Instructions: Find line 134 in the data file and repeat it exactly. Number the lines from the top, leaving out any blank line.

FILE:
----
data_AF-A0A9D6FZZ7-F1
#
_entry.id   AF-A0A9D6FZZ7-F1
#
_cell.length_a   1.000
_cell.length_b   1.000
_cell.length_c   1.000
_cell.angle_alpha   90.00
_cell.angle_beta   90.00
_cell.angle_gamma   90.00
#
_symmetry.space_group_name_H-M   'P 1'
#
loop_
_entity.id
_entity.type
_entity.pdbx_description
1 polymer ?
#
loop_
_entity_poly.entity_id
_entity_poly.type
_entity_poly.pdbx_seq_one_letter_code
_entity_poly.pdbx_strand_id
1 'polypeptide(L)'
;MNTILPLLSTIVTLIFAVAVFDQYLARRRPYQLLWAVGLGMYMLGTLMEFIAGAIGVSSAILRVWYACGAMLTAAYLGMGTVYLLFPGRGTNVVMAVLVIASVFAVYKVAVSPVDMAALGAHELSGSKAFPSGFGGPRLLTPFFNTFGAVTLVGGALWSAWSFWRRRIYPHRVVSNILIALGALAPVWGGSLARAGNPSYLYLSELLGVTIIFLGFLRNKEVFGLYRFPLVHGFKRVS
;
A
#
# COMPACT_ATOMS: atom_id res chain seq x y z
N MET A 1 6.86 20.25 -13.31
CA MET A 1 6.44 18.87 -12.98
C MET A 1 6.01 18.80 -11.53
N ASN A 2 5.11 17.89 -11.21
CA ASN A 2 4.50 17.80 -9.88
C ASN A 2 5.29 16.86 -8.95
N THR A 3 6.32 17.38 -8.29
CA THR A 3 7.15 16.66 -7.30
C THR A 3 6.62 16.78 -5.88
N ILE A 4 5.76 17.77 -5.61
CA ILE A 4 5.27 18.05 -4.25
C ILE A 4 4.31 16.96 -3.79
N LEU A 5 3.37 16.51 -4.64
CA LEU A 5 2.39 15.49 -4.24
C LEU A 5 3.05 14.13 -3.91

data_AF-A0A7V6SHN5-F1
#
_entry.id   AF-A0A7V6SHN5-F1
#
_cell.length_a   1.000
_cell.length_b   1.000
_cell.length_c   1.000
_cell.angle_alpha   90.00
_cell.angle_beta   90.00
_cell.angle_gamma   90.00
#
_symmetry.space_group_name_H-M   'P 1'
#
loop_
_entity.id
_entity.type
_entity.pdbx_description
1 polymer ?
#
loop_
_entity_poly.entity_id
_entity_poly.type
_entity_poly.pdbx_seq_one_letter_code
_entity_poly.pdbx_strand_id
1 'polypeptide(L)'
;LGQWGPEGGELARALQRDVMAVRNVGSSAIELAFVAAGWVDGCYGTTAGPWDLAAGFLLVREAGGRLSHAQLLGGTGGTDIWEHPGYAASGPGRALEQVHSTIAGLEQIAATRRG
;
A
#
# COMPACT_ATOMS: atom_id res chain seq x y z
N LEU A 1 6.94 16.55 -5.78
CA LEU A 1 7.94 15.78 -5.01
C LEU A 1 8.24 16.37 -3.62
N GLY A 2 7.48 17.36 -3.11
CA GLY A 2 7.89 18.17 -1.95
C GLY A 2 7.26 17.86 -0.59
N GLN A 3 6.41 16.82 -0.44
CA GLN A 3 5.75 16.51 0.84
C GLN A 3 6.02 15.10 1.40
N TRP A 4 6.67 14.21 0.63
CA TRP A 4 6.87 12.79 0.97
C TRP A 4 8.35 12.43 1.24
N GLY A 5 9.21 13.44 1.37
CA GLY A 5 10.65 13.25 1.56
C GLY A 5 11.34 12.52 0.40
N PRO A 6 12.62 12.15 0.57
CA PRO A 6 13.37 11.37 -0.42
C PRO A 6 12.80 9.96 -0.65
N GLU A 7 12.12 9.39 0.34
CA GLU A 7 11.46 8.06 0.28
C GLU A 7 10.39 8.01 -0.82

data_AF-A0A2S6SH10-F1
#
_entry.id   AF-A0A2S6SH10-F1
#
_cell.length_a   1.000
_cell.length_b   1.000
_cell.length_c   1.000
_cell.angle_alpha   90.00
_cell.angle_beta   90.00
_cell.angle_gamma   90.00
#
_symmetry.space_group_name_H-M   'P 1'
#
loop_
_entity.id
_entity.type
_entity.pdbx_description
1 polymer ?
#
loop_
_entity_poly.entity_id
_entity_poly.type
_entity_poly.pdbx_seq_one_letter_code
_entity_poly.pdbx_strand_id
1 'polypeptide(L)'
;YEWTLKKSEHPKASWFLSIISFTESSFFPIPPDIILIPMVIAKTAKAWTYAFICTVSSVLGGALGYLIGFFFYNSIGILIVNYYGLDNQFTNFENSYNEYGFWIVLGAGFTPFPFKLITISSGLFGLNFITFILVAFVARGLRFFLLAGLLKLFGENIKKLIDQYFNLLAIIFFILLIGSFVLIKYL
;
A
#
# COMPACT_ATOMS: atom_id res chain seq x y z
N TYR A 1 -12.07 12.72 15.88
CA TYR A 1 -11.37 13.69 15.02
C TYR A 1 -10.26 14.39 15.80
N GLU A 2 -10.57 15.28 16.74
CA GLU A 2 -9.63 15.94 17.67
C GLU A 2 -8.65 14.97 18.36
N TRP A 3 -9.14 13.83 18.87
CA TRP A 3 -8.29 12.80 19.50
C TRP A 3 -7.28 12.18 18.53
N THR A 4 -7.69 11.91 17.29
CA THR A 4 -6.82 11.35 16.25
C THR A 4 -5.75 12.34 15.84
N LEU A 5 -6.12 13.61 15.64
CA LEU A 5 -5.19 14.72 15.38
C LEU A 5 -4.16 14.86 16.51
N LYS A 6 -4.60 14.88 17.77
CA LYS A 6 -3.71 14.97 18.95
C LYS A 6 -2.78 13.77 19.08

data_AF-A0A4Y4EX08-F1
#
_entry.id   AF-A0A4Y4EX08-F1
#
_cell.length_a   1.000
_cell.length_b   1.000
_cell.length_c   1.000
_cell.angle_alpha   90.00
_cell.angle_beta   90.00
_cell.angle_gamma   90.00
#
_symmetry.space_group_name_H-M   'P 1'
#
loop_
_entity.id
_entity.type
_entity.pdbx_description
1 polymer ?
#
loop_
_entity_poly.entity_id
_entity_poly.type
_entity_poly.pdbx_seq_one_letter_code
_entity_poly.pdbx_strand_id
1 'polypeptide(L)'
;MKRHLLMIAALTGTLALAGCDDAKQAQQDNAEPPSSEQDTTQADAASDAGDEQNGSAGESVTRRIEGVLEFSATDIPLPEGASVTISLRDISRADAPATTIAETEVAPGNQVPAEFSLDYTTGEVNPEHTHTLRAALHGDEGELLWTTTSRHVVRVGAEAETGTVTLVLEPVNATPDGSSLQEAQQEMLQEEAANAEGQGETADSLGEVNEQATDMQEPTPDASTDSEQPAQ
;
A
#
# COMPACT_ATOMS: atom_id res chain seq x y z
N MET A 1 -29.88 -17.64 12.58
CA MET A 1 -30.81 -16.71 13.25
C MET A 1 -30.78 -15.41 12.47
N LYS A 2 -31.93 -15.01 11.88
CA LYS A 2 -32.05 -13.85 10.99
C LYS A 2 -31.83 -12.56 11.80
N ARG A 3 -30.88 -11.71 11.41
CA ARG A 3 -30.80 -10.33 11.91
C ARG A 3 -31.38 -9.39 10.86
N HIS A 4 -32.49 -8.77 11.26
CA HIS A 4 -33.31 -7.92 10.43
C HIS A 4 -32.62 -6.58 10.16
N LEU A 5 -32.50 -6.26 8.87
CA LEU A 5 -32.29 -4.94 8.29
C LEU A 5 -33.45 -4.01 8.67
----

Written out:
CA TRP A 3 -8.29 12.80 19.50